The Burning Sky starts off great – it tells us that a boy named Archer returned to Eton after being sent home to recover from a broken limb. It then goes on to say,
Almost every word in the preceding sentence is false. Archer Fairfax had not suffered a broken limb. He had never before set foot in Eton. His name was not Archer Fairfax. And he was not, in fact, even a he.
Well, you have my attention! Seriously, I loved this intro. It was gripping, economical storytelling that posed a puzzle and made me curious, and it promised a certain feminist quality to the story. Count me in.
Then we get into the story itself and I can’t describe it properly because the reader is never clued in to what is going on (and not in a good, ‘I’m confusing you as a stylistic choice’ kind of way). Basically Iolanthe (the girl who ends up in disguise as Archer Fairfax) is super powerful, so this evil-power-behind-the-throne person is after her, and the prince who actually is on the throne is trying to defeat the evil person (The Inquisitor) and some other even-eviler being (The Bane), and he saves Iolanthe and has her go into hiding in disguise as a boy at Eton, where the prince goes to school. And he teaches her to use her powers, and they fall in love, but it’s been prophesied that he’ll die soon, so there is angst.
There’s not a lot of context so we don’t know why the Inquisitor is in power, or why it’s so great for the prince to stay in power, not that he has any. He is a figurehead. Also, at some point the story must have explained who or what the Bane is but I must have dozed off. He’s really bad. I got that. And there’s a battle by the end but by then I was so apathetic that I sort of skimmed it. Stuff happened, there was romance, and the book ended conclusively while also leading towards the next book.
I think the problem here is mostly one of pacing. Sherry Thomas structures the book like a romance novel, but where her Regency novels are character driven without much plot or world-building to speak of, this book is all plot, and hasn’t worked out how to make us do things like understand the world and its history, or why we should care about the characters while all this plot is happening.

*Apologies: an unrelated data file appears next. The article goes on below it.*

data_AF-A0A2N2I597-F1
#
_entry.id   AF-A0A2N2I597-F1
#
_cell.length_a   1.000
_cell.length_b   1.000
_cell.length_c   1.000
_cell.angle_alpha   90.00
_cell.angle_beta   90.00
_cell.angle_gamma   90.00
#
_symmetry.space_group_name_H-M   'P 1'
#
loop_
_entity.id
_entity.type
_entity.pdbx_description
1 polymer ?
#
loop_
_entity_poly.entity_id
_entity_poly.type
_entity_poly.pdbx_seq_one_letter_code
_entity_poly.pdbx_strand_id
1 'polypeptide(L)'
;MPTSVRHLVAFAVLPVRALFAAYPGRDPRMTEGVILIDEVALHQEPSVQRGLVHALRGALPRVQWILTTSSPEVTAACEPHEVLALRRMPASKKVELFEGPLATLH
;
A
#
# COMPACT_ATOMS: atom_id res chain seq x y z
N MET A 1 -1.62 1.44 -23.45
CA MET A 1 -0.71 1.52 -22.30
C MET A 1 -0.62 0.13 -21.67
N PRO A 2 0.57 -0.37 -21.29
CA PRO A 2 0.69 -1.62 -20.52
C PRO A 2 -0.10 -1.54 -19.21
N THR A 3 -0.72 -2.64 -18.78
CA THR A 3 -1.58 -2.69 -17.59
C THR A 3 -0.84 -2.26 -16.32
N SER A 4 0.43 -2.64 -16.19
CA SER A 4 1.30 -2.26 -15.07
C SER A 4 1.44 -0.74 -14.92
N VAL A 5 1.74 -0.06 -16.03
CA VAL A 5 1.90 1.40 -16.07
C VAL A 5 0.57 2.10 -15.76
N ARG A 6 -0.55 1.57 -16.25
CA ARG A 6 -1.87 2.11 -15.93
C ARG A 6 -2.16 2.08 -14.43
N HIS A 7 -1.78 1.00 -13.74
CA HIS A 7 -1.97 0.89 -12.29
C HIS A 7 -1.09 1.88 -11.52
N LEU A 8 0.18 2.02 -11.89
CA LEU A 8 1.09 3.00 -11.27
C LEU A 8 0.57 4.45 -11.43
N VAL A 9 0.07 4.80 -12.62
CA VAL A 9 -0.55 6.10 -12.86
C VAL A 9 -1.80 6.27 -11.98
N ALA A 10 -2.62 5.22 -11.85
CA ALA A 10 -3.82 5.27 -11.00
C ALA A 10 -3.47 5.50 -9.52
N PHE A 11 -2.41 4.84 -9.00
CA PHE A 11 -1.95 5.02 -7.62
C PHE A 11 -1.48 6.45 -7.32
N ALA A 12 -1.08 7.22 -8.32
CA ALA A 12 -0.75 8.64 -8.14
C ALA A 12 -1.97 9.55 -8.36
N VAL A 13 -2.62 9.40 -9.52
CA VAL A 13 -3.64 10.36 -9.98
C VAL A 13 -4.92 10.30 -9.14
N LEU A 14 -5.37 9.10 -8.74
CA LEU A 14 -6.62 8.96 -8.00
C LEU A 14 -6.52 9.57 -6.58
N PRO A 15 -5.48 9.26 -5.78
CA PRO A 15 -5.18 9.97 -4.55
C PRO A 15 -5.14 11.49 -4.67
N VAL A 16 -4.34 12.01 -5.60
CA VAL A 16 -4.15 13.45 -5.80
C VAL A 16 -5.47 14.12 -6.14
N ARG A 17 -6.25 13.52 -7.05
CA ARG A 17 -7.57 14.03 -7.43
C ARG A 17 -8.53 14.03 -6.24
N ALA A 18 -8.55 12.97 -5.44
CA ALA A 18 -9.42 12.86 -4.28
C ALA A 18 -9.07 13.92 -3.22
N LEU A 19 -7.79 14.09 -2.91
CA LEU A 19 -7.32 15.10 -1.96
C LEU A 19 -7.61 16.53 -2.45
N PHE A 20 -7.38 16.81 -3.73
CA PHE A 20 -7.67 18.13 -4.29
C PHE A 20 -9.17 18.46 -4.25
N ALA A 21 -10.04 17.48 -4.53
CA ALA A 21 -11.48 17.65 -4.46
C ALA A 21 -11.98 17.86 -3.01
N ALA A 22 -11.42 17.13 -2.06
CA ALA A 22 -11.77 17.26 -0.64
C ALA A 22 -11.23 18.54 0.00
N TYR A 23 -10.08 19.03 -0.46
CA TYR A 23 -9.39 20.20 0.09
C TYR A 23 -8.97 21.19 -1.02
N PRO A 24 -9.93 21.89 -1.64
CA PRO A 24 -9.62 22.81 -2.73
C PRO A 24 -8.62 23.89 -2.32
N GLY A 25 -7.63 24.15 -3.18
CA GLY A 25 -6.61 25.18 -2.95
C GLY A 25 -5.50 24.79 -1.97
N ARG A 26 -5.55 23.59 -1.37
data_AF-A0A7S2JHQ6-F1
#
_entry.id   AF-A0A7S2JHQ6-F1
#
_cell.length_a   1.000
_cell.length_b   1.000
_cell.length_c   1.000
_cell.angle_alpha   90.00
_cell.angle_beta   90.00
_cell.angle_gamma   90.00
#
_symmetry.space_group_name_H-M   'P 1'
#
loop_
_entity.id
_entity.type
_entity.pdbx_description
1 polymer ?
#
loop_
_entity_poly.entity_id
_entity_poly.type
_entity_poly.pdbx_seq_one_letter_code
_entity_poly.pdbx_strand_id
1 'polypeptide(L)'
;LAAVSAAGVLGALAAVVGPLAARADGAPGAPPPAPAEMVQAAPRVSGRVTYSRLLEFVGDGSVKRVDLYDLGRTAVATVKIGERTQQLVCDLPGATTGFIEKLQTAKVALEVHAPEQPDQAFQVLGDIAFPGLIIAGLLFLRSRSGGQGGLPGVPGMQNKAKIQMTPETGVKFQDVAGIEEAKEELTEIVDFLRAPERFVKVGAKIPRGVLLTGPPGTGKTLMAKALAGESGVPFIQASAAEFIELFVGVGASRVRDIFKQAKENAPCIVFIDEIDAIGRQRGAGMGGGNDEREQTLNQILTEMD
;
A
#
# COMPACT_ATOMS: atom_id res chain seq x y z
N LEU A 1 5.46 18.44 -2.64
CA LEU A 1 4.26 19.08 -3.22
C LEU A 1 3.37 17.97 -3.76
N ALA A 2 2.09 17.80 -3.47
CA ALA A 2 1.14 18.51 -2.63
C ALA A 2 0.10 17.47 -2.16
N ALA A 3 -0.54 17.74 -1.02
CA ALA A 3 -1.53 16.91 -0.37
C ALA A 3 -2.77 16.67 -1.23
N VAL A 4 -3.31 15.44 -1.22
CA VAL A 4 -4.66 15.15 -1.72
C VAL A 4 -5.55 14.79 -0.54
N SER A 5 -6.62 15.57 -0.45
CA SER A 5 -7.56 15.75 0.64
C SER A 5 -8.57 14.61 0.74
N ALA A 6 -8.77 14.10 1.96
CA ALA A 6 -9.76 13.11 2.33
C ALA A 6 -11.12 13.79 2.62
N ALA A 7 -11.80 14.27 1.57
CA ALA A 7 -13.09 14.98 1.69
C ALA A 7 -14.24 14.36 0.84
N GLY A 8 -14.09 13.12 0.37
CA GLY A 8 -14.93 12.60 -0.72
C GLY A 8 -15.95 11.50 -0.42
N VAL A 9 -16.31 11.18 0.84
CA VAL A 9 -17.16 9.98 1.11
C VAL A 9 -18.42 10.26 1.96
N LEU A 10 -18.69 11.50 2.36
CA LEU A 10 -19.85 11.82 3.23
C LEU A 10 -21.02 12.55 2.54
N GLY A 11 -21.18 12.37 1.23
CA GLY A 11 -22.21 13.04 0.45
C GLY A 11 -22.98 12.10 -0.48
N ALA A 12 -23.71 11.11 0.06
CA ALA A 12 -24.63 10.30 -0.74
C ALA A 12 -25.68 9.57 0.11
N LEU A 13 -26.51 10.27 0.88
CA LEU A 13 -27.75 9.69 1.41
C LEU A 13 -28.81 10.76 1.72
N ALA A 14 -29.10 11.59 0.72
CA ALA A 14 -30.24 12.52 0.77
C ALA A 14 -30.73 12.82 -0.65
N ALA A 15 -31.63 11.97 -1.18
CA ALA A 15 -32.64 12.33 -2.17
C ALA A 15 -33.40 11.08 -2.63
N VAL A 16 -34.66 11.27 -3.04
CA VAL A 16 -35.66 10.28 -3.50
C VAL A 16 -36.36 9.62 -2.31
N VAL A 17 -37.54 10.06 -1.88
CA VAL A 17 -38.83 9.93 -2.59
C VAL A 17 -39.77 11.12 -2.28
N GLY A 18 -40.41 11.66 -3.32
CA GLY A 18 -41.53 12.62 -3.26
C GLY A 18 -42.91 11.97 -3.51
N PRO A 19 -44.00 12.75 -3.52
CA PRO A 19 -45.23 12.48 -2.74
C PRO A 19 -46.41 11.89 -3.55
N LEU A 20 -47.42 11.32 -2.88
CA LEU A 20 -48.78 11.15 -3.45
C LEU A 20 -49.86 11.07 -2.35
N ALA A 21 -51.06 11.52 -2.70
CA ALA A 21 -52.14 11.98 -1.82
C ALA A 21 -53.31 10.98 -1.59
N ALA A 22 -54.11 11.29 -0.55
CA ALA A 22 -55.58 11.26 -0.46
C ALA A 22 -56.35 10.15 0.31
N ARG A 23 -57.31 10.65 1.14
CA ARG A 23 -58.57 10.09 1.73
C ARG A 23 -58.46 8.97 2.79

As is typical in a romance novel, the narration shifts from Iolanthe to Titus. It’s useful to get both of their points of view, but the shifts happen so quickly that we get very little sense of who the characters are or what’s going on around them. The shifts happen every other chapter and the chapters are short. I didn’t understand any of the context that the story depends on – not the politics, or the world, or the magic. And every time I thought I might be invested in what was happening the viewpoint changed again, often leaping to a completely different scene.
There’s lots going on in this book – action, quiet moments, intrigue – the works. But I didn’t care about any of it. Sure Iolanthe and Titus both seem like great people but I just didn’t know them well enough to be invested in their lives. I didn’t care about their romance. If anything, the whole thing made me uncomfortable because of Iolanthe’s dependence on Titus. I didn’t understand the world well enough to care about the politics. What do I care whether Titus stays on the throne?
In the past, Sherry Thomas has had a gift for making me care deeply about characters who are, in many ways, unsympathetic. She has also caused me to be heavily invested in plot lines that are based on tropes I dislike. But even though I love the fantasy genre, and even though Sherry Thomas is still an excellent descriptive writer, this book left me not caring much at all. And that was disappointing. With any other author this would have been a DNF, but I’m so invested in the author that I stuck it out. I won’t be reading the next book unless I hear glowing reports of improvement. But I will be reading her next Regency Romance and hoping for great things.